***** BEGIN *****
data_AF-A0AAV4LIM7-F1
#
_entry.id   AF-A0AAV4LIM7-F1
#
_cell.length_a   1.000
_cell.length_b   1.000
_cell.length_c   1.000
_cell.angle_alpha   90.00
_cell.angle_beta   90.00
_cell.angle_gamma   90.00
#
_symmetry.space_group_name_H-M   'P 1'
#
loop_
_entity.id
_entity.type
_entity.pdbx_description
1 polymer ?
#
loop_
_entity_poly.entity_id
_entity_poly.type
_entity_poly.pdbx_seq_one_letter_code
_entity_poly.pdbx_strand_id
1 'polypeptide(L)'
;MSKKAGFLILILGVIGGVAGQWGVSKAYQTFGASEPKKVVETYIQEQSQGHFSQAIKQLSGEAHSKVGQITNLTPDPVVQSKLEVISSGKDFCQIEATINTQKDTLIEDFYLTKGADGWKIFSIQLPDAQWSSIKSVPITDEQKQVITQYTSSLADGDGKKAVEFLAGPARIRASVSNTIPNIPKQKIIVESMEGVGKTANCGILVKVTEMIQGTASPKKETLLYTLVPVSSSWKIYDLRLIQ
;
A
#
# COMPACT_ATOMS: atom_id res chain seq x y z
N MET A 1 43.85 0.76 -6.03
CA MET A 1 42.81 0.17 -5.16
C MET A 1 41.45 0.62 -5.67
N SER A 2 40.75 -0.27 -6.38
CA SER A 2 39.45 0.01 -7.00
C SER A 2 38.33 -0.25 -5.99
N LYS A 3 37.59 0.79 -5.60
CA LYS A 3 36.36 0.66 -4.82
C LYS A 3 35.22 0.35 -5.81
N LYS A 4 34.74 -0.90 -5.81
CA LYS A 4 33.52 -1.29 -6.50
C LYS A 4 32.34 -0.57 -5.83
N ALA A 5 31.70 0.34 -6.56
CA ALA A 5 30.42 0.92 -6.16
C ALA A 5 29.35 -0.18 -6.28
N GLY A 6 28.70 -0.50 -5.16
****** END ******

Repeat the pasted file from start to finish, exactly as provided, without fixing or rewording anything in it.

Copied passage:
data_AF-A0AAV4LIM7-F1
#
_entry.id   AF-A0AAV4LIM7-F1
#
_cell.length_a   1.000
_cell.length_b   1.000
_cell.length_c   1.000
_cell.angle_alpha   90.00
_cell.angle_beta   90.00
_cell.angle_gamma   90.00
#
_symmetry.space_group_name_H-M   'P 1'
#
loop_
_entity.id
_entity.type
_entity.pdbx_description
1 polymer ?
#
loop_
_entity_poly.entity_id
_entity_poly.type
_entity_poly.pdbx_seq_one_letter_code
_entity_poly.pdbx_strand_id
1 'polypeptide(L)'
;MSKKAGFLILILGVIGGVAGQWGVSKAYQTFGASEPKKVVETYIQEQSQGHFSQAIKQLSGEAHSKVGQITNLTPDPVVQSKLEVISSGKDFCQIEATINTQKDTLIEDFYLTKGADGWKIFSIQLPDAQWSSIKSVPITDEQKQVITQYTSSLADGDGKKAVEFLAGPARIRASVSNTIPNIPKQKIIVESMEGVGKTANCGILVKVTEMIQGTASPKKETLLYTLVPVSSSWKIYDLRLIQ
;
A
#
# COMPACT_ATOMS: atom_id res chain seq x y z
N MET A 1 43.85 0.76 -6.03
CA MET A 1 42.81 0.17 -5.16
C MET A 1 41.45 0.62 -5.67
N SER A 2 40.75 -0.27 -6.38
CA SER A 2 39.45 0.01 -7.00
C SER A 2 38.33 -0.25 -5.99
N LYS A 3 37.59 0.79 -5.60
CA LYS A 3 36.36 0.66 -4.82
C LYS A 3 35.22 0.35 -5.81
N LYS A 4 34.74 -0.90 -5.81
CA LYS A 4 33.52 -1.29 -6.50
C LYS A 4 32.34 -0.57 -5.83
N ALA A 5 31.70 0.34 -6.56
CA ALA A 5 30.42 0.92 -6.16
C ALA A 5 29.35 -0.18 -6.28
N GLY A 6 28.70 -0.50 -5.16